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    Zeenat Aman: After tasting failures in her initial movies, Zeenat Aman was ready to pack her bag and return to Germany with her mother. This was when 'Hare Rama Hare Krishna' (1972) happened. Zaheeda, the original choice for the role, refused the film, and Zeenat was drafted in at the last minute. The rest is history!

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    Mithun Chakraborty: During his days when he danced on stage, he was not even sure whether he would get a meal. He used to wish after every performance that someone big saw him dance, and would give him a break.

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    Rajesh Khanna: The affluent Rajesh Khanna had a struggle of a different kind. He approached filmmakers in his own MG sports car!

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    Amjad Khan: He slogged for 10 years, did some insignificant roles and had virtually no money when 'Sholay' came his way in 1973. The day Khan signed the film, his son Shadaab was born. There were also stories that Salim-Javed were unhappy with Amjad's performance and wanted him replaced. Khan survived all that and went on to create history.

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    Mumtaz: Before she became popular, people from the industry mostly referred to Mumtaz as the actress with a pug nose who had no chance of making it. Post her success, the same criticised nose became among her admired features. In picture: A still from film 'Aandhiyan' starring Mumtaz and Prasenjit.

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    Rekha: She was born to Tamil actor Gemini Ganesan but since her mother and Ganesan were not married, the latter didn't acknowledge his paternity. With her family in a financial crisis, Rekha quit school and took up a career in films. She came to Bombay (now Mumbai) at the age of 13. In picture: A still from 'Agar Tum Na Hote' starring Raj Babbar and Rekha.

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    Sanjeev Kumar: The actor, who is rated amongst the greatest actors of Indian cinema, had failed a screen test conducted for a Rajshri film. He was part of numerous C-grade stunt films before turning the tide with some amazing performances.

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    Danny Denzongpa: Renowned for playing villainous roles, Danny Denzongpa used to sleep at Shivaji Park and Juhu Beach in Mumbai. Mostly, guards would shoo him away. He continued to struggle though since he had decided he wouldn't show his face to his parents until he tasted success as an actor.

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    Shatrughan Sinha: Before tasting success, Shatrughan Sinha lived in a small room in a slum area in Mumbai, which he shared with five to six people. He struggled to gather even Rs 200 per month needed for basic expenses.

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    Mahendra Kapoor: He used to always travel by train while searching for work. On one of his trips, he met filmmaker H S Rawail, who took him to the Famous Studio at Tardeo, Mumbai. There, Kapoor met Rajendra Kumar, who introduced him to Shyam, the hero of 'Patanga', and, in fact, made him sing in front of him.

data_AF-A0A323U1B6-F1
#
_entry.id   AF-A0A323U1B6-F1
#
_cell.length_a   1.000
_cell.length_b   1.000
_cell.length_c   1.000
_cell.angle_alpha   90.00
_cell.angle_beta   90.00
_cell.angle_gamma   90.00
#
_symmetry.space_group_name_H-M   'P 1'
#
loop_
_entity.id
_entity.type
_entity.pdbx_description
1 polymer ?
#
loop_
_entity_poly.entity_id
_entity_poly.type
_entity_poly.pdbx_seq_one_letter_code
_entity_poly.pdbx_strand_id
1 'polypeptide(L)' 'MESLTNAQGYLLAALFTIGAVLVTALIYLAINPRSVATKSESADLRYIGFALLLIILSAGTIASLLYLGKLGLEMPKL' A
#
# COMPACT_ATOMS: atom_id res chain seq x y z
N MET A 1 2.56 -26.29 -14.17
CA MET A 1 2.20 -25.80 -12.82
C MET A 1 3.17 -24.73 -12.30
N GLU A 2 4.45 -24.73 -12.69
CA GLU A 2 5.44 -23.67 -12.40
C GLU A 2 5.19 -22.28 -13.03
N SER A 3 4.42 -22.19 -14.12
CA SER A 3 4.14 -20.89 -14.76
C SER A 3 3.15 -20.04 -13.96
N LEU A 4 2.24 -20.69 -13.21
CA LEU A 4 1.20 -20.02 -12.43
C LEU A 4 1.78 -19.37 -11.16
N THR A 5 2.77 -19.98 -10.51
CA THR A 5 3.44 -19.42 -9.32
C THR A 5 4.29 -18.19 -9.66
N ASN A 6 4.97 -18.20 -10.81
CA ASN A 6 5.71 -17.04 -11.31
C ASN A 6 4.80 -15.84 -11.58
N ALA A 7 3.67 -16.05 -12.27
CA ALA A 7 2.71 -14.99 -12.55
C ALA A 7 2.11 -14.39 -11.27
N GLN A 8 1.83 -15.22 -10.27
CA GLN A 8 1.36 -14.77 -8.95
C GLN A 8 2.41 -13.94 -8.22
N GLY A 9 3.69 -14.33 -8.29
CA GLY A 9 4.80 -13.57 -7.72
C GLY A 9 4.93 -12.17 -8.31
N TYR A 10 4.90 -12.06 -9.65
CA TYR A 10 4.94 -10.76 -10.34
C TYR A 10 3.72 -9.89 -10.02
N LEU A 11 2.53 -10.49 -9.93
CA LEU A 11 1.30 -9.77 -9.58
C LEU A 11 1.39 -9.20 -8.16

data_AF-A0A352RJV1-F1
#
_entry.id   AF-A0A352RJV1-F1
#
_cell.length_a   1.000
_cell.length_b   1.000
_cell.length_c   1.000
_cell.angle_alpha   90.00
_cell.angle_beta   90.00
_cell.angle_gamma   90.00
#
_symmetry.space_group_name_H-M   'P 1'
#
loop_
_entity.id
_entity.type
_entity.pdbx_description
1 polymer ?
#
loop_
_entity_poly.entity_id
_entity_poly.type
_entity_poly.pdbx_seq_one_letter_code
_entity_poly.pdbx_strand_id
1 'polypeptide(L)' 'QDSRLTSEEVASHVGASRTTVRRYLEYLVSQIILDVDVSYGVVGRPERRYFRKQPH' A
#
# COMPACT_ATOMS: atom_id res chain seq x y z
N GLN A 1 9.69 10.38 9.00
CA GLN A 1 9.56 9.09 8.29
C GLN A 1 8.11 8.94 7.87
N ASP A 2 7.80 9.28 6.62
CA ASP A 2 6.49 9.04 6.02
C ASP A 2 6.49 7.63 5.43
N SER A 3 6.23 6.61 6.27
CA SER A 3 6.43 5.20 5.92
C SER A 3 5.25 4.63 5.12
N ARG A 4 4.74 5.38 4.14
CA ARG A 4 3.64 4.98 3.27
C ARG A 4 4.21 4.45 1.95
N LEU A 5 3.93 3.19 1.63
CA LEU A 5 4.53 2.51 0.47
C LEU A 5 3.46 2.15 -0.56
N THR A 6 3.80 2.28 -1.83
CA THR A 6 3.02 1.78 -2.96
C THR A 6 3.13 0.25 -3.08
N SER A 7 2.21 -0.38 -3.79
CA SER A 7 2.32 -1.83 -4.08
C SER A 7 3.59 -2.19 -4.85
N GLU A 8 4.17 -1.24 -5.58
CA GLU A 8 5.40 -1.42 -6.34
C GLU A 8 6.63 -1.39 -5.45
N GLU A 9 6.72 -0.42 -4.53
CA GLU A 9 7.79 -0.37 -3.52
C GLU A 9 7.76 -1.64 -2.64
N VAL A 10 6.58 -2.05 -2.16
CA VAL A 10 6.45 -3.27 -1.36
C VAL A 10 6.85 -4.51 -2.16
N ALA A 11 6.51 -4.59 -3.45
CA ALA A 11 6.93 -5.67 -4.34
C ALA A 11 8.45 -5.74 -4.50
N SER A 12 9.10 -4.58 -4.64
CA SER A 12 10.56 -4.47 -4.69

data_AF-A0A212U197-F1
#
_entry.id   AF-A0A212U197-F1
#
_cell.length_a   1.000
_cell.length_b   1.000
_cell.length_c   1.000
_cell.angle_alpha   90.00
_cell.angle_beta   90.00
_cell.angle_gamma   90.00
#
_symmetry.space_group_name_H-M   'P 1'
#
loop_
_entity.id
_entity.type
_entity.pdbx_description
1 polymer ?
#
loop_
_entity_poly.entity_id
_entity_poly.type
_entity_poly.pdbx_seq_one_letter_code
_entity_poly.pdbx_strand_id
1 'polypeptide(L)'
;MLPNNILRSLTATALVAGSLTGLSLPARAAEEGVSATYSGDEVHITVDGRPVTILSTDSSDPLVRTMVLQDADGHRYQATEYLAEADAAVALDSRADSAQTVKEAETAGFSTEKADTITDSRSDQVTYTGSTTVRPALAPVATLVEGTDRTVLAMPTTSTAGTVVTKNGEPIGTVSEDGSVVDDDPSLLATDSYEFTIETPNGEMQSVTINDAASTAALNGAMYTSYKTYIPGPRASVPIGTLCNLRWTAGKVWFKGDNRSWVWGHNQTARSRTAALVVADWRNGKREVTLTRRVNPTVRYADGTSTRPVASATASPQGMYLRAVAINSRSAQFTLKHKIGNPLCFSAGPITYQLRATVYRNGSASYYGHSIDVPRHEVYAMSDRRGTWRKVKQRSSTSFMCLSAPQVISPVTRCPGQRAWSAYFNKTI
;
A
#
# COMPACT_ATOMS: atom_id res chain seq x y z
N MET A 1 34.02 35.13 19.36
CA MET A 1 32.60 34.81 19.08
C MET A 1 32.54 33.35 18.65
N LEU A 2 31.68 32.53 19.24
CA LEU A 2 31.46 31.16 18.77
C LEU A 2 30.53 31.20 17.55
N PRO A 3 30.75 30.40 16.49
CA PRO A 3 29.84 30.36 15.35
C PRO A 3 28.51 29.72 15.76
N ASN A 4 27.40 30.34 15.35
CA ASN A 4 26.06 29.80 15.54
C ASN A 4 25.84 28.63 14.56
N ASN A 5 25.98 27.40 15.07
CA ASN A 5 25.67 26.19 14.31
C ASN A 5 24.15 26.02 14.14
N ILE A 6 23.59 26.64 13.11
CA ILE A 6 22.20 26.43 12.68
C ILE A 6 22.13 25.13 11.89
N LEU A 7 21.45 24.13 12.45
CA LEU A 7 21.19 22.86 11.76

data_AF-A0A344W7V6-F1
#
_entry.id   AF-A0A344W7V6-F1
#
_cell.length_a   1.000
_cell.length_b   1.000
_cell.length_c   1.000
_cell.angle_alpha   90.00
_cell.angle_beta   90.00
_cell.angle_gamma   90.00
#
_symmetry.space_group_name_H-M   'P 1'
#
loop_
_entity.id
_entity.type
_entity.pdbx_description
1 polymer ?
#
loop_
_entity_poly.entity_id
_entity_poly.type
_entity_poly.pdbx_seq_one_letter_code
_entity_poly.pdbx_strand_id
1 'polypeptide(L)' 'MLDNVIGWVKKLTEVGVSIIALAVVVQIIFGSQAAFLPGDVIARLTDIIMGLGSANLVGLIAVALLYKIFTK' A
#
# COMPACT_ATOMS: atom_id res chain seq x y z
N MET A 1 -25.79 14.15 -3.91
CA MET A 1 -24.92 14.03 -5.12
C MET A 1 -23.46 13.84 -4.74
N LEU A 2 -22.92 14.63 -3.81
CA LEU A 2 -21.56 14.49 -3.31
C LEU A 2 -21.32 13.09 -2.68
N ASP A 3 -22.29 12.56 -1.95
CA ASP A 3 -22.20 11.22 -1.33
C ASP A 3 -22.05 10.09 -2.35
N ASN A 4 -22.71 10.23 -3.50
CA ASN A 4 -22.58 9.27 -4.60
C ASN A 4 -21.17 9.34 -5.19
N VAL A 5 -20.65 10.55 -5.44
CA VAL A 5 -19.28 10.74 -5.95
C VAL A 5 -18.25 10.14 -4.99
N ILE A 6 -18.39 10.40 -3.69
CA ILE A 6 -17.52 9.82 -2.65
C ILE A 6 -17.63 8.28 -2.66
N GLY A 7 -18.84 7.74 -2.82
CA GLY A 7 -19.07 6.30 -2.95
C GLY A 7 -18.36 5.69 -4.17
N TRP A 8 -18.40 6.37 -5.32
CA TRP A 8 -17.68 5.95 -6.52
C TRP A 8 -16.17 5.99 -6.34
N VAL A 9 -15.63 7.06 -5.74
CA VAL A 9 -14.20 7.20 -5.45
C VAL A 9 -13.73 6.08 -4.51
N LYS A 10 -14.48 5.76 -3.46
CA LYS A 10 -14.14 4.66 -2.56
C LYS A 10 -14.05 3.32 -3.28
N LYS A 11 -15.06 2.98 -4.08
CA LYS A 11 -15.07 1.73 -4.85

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    Govinda: The actor, who used to stay in a chawl in Virar, would go to Rajshri Studio every day, but was rejected on the basis of being too young. Not disheartened, Govinda even made a showreel in which he was seen acting and dancing and showed it to the production house. In picture: A still from the film 'Awargi' starring Govinda and Meenakshi Sheshadri.

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    Anupam Kher: Frustrated at not getting work, Anupam Kher would many times take a train from Bandra to Churchgate, sit idle at the station for hours before taking another train back to Bandra.

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    Jackie Shroff: Known for his 'tapori' roles, Jackie Shroff used to reside in a chawl in Teen Batti, in south Mumbai. His house comprised seven tiny rooms with 28 occupants.

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    Johnny Lever: Before getting his big break, Johnny Lever was a part of Kalyanji-Anandji's group, but was hardly getting any work. In those days, one of the comedian's friends gave him a musical instrument. Lever did not know much about it and gave it to Kalyanji-Anandji. The duo started using the instrument in their compositions and paid Lever Rs 1,000-1500 per month for the same.

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    Manoj Bajpayee: At a time when Manoj Bajpayee had no money at all, he agreed to do the serial 'Swabhimaan' for a mere fee of Rs 2,000 per episode.

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    Irrfan Khan: Early in his career, the versatile Irrfan Khan wasn't paid for some of the movies in which he acted. The producers bluntly told him that his work doesn't merit any pay.

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    Boman Irani: Before becoming an actor, Boman Irani used to work as a waiter at the Taj Hotel. Later, he got into the family's bakery business. The Iranis had a shop in Byculla known as Golden Wafers.

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    Neha Dhupia: She may be a former beauty queen, but not many know that in the first fashion show that she was part of, her job was to help models with their shoe backstage.

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    Rajinikanth: Following his education, South superstar Rajinikanth did many odd jobs in Bangalore. He worked as a bus conductor for the Bangalore Metropolitan Transport Corporation. Rajinikanth used to practice stunts at a temple near his house.

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    Shahid Kapoor: Many years ago, Shahid Kapoor's family used to live in rental flats, and thus they had to constantly shift from one place to the other. On one such occasion, Kapoor's family was not in town and the flat had to be emptied a day early. The actor ended up spending a whole night in a car.

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    Sonu Sood: As a struggler, Sonu Sood once had to pay a bribe to get an entry into the Film City Studio.